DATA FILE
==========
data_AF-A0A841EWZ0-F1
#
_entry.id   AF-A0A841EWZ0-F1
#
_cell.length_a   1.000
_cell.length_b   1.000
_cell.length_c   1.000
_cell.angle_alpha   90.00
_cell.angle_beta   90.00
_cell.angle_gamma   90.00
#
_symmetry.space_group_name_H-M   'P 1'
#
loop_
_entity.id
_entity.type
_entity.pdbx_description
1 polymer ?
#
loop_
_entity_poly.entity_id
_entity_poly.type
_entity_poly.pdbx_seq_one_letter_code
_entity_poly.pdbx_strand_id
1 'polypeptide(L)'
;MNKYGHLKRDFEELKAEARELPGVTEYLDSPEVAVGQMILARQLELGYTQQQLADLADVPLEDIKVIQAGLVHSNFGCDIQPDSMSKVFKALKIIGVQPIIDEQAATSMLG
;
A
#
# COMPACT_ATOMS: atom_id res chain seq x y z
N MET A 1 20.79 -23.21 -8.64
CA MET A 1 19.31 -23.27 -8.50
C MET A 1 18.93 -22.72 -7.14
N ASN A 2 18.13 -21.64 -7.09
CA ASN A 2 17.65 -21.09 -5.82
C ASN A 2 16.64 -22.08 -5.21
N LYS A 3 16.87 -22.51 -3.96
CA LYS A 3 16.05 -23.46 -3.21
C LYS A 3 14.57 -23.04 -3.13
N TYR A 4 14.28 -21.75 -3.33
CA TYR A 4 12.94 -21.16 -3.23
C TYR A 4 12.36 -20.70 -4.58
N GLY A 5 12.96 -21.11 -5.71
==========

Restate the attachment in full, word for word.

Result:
data_AF-A0A841EWZ0-F1
#
_entry.id   AF-A0A841EWZ0-F1
#
_cell.length_a   1.000
_cell.length_b   1.000
_cell.length_c   1.000
_cell.angle_alpha   90.00
_cell.angle_beta   90.00
_cell.angle_gamma   90.00
#
_symmetry.space_group_name_H-M   'P 1'
#
loop_
_entity.id
_entity.type
_entity.pdbx_description
1 polymer ?
#
loop_
_entity_poly.entity_id
_entity_poly.type
_entity_poly.pdbx_seq_one_letter_code
_entity_poly.pdbx_strand_id
1 'polypeptide(L)'
;MNKYGHLKRDFEELKAEARELPGVTEYLDSPEVAVGQMILARQLELGYTQQQLADLADVPLEDIKVIQAGLVHSNFGCDIQPDSMSKVFKALKIIGVQPIIDEQAATSMLG
;
A
#
# COMPACT_ATOMS: atom_id res chain seq x y z
N MET A 1 20.79 -23.21 -8.64
CA MET A 1 19.31 -23.27 -8.50
C MET A 1 18.93 -22.72 -7.14
N ASN A 2 18.13 -21.64 -7.09
CA ASN A 2 17.65 -21.09 -5.82
C ASN A 2 16.64 -22.08 -5.21
N LYS A 3 16.87 -22.51 -3.96
CA LYS A 3 16.05 -23.46 -3.21
C LYS A 3 14.57 -23.04 -3.13
N TYR A 4 14.28 -21.75 -3.33
CA TYR A 4 12.94 -21.16 -3.23
C TYR A 4 12.36 -20.70 -4.58
N GLY A 5 12.96 -21.11 -5.71